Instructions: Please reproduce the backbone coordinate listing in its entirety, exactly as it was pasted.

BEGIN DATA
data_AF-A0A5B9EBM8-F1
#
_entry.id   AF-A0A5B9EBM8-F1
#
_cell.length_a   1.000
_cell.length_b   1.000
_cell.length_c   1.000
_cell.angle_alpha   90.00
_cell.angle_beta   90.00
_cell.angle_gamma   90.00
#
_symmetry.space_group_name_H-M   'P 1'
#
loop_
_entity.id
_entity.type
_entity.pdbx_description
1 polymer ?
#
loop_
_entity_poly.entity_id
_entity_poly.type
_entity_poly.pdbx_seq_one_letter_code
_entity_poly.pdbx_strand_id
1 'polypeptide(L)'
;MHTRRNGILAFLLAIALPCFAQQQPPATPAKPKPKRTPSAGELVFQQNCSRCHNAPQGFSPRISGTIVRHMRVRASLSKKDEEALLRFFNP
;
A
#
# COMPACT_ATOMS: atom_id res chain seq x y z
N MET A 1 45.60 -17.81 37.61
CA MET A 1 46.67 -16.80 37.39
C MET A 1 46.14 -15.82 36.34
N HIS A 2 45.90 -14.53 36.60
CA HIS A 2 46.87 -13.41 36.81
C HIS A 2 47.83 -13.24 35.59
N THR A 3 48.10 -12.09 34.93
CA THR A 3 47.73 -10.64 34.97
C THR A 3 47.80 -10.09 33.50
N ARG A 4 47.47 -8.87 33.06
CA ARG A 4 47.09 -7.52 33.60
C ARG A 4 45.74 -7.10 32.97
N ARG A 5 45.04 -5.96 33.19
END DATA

data_AF-A0A5B9EBM8-F1
#
_entry.id   AF-A0A5B9EBM8-F1
#
_cell.length_a   1.000
_cell.length_b   1.000
_cell.length_c   1.000
_cell.angle_alpha   90.00
_cell.angle_beta   90.00
_cell.angle_gamma   90.00
#
_symmetry.space_group_name_H-M   'P 1'
#
loop_
_entity.id
_entity.type
_entity.pdbx_description
1 polymer ?
#
loop_
_entity_poly.entity_id
_entity_poly.type
_entity_poly.pdbx_seq_one_letter_code
_entity_poly.pdbx_strand_id
1 'polypeptide(L)'
;MHTRRNGILAFLLAIALPCFAQQQPPATPAKPKPKRTPSAGELVFQQNCSRCHNAPQGFSPRISGTIVRHMRVRASLSKKDEEALLRFFNP
;
A
#
# COMPACT_ATOMS: atom_id res chain seq x y z
N MET A 1 45.60 -17.81 37.61
CA MET A 1 46.67 -16.80 37.39
C MET A 1 46.14 -15.82 36.34
N HIS A 2 45.90 -14.53 36.60
CA HIS A 2 46.87 -13.41 36.81
C HIS A 2 47.83 -13.24 35.59
N THR A 3 48.10 -12.09 34.93
CA THR A 3 47.73 -10.64 34.97
C THR A 3 47.80 -10.09 33.50
N ARG A 4 47.47 -8.87 33.06
CA ARG A 4 47.09 -7.52 33.60
C ARG A 4 45.74 -7.10 32.97
N ARG A 5 45.04 -5.96 33.19